Zoning issue stalls auto garage development

By Thomas Wilson
STAR STAFF
twilson@starhq.com

   The issue of spot zoning forced a citizen to withdraw a rezoning request to accommodate his auto mechanics business development at Tuesday's Elizabethton Planning Commission meeting.
   "I can't find a way to help you," Michael Hughes of the state's Regional Planning Office told Larry Price, II. Price submitted a request asking the commission to rezone a .55-acre tract he owns near the Southside Road/Gap Creek Road intersection from R-1 residential to B-1 arterial business to accommodate an auto garage business.
   Hughes advised the board the area was surrounded with residential developments and zoning. The nearest business district lay almost to West G Street, according to the city's planning map. He also said the city had received two letters in opposition to the rezoning request.
   "We can't do it without rezoning more than this," Hughes said. "I can't recommend it for only one lot ... it is not good planning."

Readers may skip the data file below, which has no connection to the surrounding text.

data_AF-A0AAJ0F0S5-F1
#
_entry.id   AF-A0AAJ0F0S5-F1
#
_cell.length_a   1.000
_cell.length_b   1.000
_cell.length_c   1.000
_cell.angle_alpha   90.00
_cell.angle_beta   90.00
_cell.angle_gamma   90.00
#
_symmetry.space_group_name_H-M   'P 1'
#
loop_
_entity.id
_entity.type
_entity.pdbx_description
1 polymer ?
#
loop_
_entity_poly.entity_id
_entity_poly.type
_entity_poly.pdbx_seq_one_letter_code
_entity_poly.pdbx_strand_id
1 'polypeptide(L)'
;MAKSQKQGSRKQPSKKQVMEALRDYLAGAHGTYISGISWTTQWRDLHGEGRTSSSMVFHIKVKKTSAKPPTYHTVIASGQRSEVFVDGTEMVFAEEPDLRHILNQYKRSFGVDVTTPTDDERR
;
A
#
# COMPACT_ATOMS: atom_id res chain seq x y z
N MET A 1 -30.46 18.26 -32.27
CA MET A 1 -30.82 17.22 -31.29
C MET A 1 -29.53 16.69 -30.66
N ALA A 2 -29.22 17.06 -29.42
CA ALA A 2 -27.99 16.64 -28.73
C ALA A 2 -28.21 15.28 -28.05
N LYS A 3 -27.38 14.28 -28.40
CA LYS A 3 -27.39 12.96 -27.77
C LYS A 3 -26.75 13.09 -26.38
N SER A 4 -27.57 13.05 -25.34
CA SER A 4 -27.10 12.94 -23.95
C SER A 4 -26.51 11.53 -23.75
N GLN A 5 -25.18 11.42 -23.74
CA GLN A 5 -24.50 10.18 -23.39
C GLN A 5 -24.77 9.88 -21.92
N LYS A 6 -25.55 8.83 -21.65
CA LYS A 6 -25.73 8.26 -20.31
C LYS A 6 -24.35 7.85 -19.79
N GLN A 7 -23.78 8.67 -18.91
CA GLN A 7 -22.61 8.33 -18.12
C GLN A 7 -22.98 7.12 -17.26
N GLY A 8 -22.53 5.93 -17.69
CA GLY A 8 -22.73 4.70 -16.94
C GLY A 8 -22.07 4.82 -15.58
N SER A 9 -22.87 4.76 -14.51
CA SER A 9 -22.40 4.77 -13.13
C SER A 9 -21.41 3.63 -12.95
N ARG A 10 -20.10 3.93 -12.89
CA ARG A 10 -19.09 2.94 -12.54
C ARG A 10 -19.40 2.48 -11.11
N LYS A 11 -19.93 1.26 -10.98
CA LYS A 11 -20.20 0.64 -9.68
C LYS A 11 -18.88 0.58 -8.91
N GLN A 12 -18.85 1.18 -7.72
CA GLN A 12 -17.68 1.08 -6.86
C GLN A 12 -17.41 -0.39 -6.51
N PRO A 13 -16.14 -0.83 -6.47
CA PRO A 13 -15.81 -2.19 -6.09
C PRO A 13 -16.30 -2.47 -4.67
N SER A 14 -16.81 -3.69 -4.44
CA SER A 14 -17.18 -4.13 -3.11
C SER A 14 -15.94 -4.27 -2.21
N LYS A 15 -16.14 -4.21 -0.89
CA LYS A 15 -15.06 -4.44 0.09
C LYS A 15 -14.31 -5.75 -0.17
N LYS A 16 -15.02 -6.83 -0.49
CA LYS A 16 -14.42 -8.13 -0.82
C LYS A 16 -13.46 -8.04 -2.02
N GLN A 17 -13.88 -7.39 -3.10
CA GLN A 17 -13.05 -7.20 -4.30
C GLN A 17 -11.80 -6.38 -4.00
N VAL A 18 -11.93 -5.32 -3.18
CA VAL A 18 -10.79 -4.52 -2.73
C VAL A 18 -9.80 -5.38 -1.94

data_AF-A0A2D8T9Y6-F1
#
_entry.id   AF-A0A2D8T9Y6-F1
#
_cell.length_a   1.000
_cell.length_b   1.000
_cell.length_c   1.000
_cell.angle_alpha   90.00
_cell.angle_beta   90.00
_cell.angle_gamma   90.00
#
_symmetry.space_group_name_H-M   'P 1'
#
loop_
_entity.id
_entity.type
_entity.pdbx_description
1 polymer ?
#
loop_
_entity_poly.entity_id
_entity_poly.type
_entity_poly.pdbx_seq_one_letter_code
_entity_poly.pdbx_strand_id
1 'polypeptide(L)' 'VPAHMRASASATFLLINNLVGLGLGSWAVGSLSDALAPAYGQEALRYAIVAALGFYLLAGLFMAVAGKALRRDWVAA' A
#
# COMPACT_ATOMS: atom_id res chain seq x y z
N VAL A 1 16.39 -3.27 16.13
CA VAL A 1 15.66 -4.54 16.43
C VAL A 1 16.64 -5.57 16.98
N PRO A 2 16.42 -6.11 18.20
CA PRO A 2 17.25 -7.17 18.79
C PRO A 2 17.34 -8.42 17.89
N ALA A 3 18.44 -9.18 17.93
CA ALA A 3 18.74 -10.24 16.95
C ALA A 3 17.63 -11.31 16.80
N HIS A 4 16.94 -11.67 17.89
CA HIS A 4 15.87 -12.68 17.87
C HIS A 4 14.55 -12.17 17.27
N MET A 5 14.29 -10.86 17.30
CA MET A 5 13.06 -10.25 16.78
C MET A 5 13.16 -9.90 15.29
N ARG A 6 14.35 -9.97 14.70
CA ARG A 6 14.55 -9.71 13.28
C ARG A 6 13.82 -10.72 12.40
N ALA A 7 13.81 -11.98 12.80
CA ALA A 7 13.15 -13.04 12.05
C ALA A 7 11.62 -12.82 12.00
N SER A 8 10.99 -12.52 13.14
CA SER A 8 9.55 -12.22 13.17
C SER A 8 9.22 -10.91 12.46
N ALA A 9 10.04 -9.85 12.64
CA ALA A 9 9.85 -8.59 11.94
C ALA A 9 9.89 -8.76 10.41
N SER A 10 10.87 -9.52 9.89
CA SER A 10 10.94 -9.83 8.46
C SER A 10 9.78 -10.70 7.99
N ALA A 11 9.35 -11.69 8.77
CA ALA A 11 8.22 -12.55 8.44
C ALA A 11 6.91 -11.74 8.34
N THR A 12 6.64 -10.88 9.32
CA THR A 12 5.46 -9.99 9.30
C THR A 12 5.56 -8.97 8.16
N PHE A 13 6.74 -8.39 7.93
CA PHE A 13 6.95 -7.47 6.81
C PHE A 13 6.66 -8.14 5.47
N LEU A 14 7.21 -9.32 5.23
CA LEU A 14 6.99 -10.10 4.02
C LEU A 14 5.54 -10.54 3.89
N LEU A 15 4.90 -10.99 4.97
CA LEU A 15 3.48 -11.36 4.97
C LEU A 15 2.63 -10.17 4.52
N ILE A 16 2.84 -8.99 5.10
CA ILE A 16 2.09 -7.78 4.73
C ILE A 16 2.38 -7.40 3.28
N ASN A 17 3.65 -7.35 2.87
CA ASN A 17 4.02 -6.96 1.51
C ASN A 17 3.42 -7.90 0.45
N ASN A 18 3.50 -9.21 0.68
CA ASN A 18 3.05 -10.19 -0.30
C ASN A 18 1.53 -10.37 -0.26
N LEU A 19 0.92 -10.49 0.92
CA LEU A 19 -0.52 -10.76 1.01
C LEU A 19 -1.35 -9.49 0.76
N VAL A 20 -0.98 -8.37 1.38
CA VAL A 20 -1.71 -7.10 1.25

Price said he had already constructed a building to house the business on the property prior to submitting the rezoning request. The tract was part of 3.5 acres.
   Price's father, Larry Price, Sr. told the board his son had built up a substantial clientele of Carter County customers working at an auto repair shop in Blountville.
   "He has worked 12 years outside of Carter County," Price, Sr. said, and added after the meeting, "two hundred people a week leave this county to take their cars to him."
   Spot zoning also presents potential legal ramifications if a commission votes to do it, according to attorney Charlton DeVault who represented the commission at the meeting. If one property owner receives rezoning approval, the commission would have to contend with rezoning requests submitted by any citizen based on such a decision.
   "Looking at this request as it is would be spot zoning," DeVault told the commission.
   However, both Hughes and DeVault added that the proposed Gap Creek Road highway expansion project could change the shape of land use and zoning around the road in the future.
   "A change of circumstances down the road may change all this," DeVault said.
   Price withdrew the request upon a recommendation by Planning Commission Chairman Haynes Elliott who cited spot zoning prohibition the board faced. Hughes and commission members were sympathetic to Price's plight.
   In other business, the commission gave final approval of a subdivision plan submitted by Glenn Hyder. The subdivision is located off Riverview Road and calls for three lots of development.